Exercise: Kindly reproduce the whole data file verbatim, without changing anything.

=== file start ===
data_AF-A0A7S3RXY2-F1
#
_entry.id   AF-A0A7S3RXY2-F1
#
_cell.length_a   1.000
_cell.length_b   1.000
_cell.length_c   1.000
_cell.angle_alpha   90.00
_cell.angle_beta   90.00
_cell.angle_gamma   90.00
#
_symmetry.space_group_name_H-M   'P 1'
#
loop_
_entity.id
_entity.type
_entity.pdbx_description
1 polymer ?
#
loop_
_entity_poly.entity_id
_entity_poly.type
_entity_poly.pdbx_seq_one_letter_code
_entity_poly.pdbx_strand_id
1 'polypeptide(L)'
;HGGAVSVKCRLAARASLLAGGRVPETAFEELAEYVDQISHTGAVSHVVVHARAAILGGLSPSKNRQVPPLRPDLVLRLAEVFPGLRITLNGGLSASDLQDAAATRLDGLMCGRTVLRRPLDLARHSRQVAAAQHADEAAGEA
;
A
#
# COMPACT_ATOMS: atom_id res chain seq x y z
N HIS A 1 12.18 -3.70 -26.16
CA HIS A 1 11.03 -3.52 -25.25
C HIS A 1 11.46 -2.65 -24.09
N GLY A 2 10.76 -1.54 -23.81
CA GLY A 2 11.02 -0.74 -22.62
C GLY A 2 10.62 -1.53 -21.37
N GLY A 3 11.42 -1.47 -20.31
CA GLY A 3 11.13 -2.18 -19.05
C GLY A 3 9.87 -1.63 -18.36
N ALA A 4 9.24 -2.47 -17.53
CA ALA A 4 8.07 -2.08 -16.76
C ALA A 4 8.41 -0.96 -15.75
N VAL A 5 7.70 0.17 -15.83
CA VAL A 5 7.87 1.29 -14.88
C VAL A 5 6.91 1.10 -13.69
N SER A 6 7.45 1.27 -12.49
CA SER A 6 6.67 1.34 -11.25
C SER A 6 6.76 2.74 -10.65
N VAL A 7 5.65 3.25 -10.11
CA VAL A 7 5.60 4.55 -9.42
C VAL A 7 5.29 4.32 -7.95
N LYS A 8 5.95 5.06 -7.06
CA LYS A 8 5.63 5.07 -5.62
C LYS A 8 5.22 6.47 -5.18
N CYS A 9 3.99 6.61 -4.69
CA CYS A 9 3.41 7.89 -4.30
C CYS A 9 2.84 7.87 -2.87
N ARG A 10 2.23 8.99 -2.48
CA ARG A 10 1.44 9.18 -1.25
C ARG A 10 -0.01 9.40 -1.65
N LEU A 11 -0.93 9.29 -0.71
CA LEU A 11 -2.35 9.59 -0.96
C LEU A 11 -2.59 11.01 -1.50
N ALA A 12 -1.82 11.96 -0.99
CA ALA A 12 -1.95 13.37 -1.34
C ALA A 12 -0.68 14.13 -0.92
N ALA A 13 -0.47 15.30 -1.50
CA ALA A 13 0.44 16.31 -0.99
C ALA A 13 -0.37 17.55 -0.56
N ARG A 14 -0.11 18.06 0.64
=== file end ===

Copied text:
data_AF-A0A7S3RXY2-F1
#
_entry.id   AF-A0A7S3RXY2-F1
#
_cell.length_a   1.000
_cell.length_b   1.000
_cell.length_c   1.000
_cell.angle_alpha   90.00
_cell.angle_beta   90.00
_cell.angle_gamma   90.00
#
_symmetry.space_group_name_H-M   'P 1'
#
loop_
_entity.id
_entity.type
_entity.pdbx_description
1 polymer ?
#
loop_
_entity_poly.entity_id
_entity_poly.type
_entity_poly.pdbx_seq_one_letter_code
_entity_poly.pdbx_strand_id
1 'polypeptide(L)'
;HGGAVSVKCRLAARASLLAGGRVPETAFEELAEYVDQISHTGAVSHVVVHARAAILGGLSPSKNRQVPPLRPDLVLRLAEVFPGLRITLNGGLSASDLQDAAATRLDGLMCGRTVLRRPLDLARHSRQVAAAQHADEAAGEA
;
A
#
# COMPACT_ATOMS: atom_id res chain seq x y z
N HIS A 1 12.18 -3.70 -26.16
CA HIS A 1 11.03 -3.52 -25.25
C HIS A 1 11.46 -2.65 -24.09
N GLY A 2 10.76 -1.54 -23.81
CA GLY A 2 11.02 -0.74 -22.62
C GLY A 2 10.62 -1.53 -21.37
N GLY A 3 11.42 -1.47 -20.31
CA GLY A 3 11.13 -2.18 -19.05
C GLY A 3 9.87 -1.63 -18.36
N ALA A 4 9.24 -2.47 -17.53
CA ALA A 4 8.07 -2.08 -16.76
C ALA A 4 8.41 -0.96 -15.75
N VAL A 5 7.70 0.17 -15.83
CA VAL A 5 7.87 1.29 -14.88
C VAL A 5 6.91 1.10 -13.69
N SER A 6 7.45 1.27 -12.49
CA SER A 6 6.67 1.34 -11.25
C SER A 6 6.76 2.74 -10.65
N VAL A 7 5.65 3.25 -10.11
CA VAL A 7 5.60 4.55 -9.42
C VAL A 7 5.29 4.32 -7.95
N LYS A 8 5.95 5.06 -7.06
CA LYS A 8 5.63 5.07 -5.62
C LYS A 8 5.22 6.47 -5.18
N CYS A 9 3.99 6.61 -4.69
CA CYS A 9 3.41 7.89 -4.30
C CYS A 9 2.84 7.87 -2.87
N ARG A 10 2.23 8.99 -2.48
CA ARG A 10 1.44 9.18 -1.25
C ARG A 10 -0.01 9.40 -1.65
N LEU A 11 -0.93 9.29 -0.71
CA LEU A 11 -2.35 9.59 -0.96
C LEU A 11 -2.59 11.01 -1.50
N ALA A 12 -1.82 11.96 -0.99
CA ALA A 12 -1.95 13.37 -1.34
C ALA A 12 -0.68 14.13 -0.92
N ALA A 13 -0.47 15.30 -1.50
CA ALA A 13 0.44 16.31 -0.99
C ALA A 13 -0.37 17.55 -0.56
N ARG A 14 -0.11 18.06 0.64